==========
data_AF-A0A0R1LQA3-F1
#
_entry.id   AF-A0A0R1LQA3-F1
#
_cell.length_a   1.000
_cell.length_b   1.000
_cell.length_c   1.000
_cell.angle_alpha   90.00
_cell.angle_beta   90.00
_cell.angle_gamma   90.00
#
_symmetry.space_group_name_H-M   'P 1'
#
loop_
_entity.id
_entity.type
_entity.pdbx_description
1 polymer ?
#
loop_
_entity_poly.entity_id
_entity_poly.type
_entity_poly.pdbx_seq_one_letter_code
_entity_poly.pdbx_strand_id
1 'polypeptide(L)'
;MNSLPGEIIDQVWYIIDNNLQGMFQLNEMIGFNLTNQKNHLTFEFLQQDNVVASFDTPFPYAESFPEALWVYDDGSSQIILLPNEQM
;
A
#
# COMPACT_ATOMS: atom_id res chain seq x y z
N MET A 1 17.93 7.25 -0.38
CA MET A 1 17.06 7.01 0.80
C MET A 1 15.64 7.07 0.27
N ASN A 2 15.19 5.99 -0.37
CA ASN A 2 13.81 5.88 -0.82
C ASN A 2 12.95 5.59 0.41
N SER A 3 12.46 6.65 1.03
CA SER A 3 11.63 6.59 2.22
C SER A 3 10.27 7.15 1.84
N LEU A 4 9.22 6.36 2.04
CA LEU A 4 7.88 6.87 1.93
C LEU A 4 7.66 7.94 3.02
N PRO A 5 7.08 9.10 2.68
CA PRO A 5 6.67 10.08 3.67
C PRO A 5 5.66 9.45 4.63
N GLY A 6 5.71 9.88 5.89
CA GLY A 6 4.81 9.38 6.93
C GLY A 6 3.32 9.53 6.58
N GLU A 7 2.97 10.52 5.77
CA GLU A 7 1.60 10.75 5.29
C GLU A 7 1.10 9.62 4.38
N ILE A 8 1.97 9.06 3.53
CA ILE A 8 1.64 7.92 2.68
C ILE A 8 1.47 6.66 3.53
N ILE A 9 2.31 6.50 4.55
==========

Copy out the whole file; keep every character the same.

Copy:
data_AF-A0A0R1LQA3-F1
#
_entry.id   AF-A0A0R1LQA3-F1
#
_cell.length_a   1.000
_cell.length_b   1.000
_cell.length_c   1.000
_cell.angle_alpha   90.00
_cell.angle_beta   90.00
_cell.angle_gamma   90.00
#
_symmetry.space_group_name_H-M   'P 1'
#
loop_
_entity.id
_entity.type
_entity.pdbx_description
1 polymer ?
#
loop_
_entity_poly.entity_id
_entity_poly.type
_entity_poly.pdbx_seq_one_letter_code
_entity_poly.pdbx_strand_id
1 'polypeptide(L)'
;MNSLPGEIIDQVWYIIDNNLQGMFQLNEMIGFNLTNQKNHLTFEFLQQDNVVASFDTPFPYAESFPEALWVYDDGSSQIILLPNEQM
;
A
#
# COMPACT_ATOMS: atom_id res chain seq x y z
N MET A 1 17.93 7.25 -0.38
CA MET A 1 17.06 7.01 0.80
C MET A 1 15.64 7.07 0.27
N ASN A 2 15.19 5.99 -0.37
CA ASN A 2 13.81 5.88 -0.82
C ASN A 2 12.95 5.59 0.41
N SER A 3 12.46 6.65 1.03
CA SER A 3 11.63 6.59 2.22
C SER A 3 10.27 7.15 1.84
N LEU A 4 9.22 6.36 2.04
CA LEU A 4 7.88 6.87 1.93
C LEU A 4 7.66 7.94 3.02
N PRO A 5 7.08 9.10 2.68
CA PRO A 5 6.67 10.08 3.67
C PRO A 5 5.66 9.45 4.63
N GLY A 6 5.71 9.88 5.89
CA GLY A 6 4.81 9.38 6.93
C GLY A 6 3.32 9.53 6.58
N GLU A 7 2.97 10.52 5.77
CA GLU A 7 1.60 10.75 5.29
C GLU A 7 1.10 9.62 4.38
N ILE A 8 1.97 9.06 3.53
CA ILE A 8 1.64 7.92 2.68
C ILE A 8 1.47 6.66 3.53
N ILE A 9 2.31 6.50 4.55